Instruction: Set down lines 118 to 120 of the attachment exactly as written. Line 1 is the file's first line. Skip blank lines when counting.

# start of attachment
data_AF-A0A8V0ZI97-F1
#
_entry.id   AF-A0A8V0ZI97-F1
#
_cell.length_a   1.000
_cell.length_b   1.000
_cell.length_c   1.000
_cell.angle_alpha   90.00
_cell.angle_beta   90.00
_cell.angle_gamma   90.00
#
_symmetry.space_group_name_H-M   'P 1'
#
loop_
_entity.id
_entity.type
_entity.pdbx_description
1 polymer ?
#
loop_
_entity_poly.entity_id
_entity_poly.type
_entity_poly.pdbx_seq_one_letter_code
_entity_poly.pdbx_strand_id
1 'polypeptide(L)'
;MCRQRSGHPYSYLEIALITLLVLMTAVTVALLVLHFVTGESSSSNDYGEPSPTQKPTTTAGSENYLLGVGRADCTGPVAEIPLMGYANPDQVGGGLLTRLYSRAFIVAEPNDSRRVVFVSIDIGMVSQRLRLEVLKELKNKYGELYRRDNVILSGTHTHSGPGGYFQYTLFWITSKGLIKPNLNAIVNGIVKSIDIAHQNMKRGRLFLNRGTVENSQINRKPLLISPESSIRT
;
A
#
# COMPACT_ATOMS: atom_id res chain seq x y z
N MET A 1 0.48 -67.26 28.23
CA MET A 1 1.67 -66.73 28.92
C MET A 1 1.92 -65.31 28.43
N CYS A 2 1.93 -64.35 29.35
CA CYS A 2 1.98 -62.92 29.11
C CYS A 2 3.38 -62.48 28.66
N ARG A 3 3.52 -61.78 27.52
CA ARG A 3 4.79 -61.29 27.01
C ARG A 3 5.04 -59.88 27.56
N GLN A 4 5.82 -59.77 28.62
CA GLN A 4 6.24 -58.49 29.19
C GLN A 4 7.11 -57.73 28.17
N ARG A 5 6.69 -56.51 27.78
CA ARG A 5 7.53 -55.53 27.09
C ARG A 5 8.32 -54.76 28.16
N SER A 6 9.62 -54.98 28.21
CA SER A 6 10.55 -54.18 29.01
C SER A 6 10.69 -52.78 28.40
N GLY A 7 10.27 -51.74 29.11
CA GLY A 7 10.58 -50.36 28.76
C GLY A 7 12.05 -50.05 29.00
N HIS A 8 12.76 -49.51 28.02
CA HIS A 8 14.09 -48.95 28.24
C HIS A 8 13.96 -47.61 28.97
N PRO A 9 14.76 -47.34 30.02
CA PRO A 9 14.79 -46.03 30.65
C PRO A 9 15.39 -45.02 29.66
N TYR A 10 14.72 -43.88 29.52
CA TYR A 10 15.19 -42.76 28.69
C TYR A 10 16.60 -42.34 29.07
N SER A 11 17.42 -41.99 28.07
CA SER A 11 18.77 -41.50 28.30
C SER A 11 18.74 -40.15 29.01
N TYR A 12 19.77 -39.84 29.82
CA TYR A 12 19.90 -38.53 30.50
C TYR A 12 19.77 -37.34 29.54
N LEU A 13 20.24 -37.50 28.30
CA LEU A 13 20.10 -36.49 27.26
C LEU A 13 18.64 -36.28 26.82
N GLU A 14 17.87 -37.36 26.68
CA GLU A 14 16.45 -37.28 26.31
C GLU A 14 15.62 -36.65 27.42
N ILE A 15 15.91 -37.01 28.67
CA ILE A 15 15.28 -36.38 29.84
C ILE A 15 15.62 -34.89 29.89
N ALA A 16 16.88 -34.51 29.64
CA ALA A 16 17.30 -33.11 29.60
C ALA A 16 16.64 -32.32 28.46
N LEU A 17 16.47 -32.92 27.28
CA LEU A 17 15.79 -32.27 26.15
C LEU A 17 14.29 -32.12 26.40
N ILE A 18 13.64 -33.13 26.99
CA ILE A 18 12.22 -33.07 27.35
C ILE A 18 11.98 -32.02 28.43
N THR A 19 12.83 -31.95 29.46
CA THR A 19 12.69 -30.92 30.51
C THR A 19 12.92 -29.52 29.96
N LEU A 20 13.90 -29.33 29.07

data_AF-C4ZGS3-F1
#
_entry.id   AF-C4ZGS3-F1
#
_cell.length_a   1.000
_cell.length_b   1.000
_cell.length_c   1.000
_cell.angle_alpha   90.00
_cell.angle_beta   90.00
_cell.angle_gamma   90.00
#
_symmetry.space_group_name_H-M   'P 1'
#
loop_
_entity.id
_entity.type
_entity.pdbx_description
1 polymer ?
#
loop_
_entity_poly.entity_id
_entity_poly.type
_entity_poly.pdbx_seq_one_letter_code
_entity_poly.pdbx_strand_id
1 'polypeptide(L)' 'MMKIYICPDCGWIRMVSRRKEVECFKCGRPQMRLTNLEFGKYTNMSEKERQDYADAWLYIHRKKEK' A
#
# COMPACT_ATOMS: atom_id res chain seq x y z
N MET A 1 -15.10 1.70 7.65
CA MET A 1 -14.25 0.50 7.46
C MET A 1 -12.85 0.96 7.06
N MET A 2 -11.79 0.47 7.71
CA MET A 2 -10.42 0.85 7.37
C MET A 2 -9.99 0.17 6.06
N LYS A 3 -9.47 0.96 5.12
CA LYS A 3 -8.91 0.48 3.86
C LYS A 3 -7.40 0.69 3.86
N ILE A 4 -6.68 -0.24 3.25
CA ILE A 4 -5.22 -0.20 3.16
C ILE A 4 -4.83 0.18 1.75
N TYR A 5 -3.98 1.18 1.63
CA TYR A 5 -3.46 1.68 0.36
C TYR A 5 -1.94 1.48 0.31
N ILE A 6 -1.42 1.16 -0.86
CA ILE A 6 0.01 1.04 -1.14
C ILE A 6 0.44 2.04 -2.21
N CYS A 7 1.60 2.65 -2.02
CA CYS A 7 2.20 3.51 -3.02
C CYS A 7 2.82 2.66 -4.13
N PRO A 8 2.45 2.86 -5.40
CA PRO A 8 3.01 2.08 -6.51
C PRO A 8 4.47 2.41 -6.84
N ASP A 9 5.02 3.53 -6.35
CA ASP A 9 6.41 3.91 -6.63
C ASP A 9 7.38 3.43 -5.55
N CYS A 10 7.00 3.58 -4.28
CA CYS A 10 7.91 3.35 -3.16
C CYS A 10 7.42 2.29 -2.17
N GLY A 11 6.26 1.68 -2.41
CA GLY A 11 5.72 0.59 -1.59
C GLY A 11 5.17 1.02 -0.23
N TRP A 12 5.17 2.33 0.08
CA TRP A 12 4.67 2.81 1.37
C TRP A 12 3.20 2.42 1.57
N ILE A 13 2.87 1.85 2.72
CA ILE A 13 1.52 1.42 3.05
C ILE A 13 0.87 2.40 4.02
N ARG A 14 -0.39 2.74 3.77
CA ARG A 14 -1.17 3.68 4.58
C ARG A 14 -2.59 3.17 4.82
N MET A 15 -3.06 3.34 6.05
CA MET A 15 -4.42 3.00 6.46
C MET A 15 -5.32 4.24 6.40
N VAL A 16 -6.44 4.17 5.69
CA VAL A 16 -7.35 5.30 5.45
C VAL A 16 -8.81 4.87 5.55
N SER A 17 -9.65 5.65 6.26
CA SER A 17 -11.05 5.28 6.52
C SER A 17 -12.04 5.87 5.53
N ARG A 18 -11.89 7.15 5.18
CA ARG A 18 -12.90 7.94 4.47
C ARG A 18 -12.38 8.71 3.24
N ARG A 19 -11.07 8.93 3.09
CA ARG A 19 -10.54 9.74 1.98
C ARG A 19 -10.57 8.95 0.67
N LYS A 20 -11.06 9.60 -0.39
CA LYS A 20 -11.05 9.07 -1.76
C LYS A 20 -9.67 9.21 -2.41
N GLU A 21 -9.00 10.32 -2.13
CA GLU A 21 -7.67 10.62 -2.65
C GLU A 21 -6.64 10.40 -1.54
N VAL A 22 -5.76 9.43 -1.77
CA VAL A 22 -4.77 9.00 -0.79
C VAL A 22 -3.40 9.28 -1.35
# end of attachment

C MET A 1 -12.85 0.96 7.06
N MET A 2 -11.79 0.47 7.71
CA MET A 2 -10.42 0.85 7.37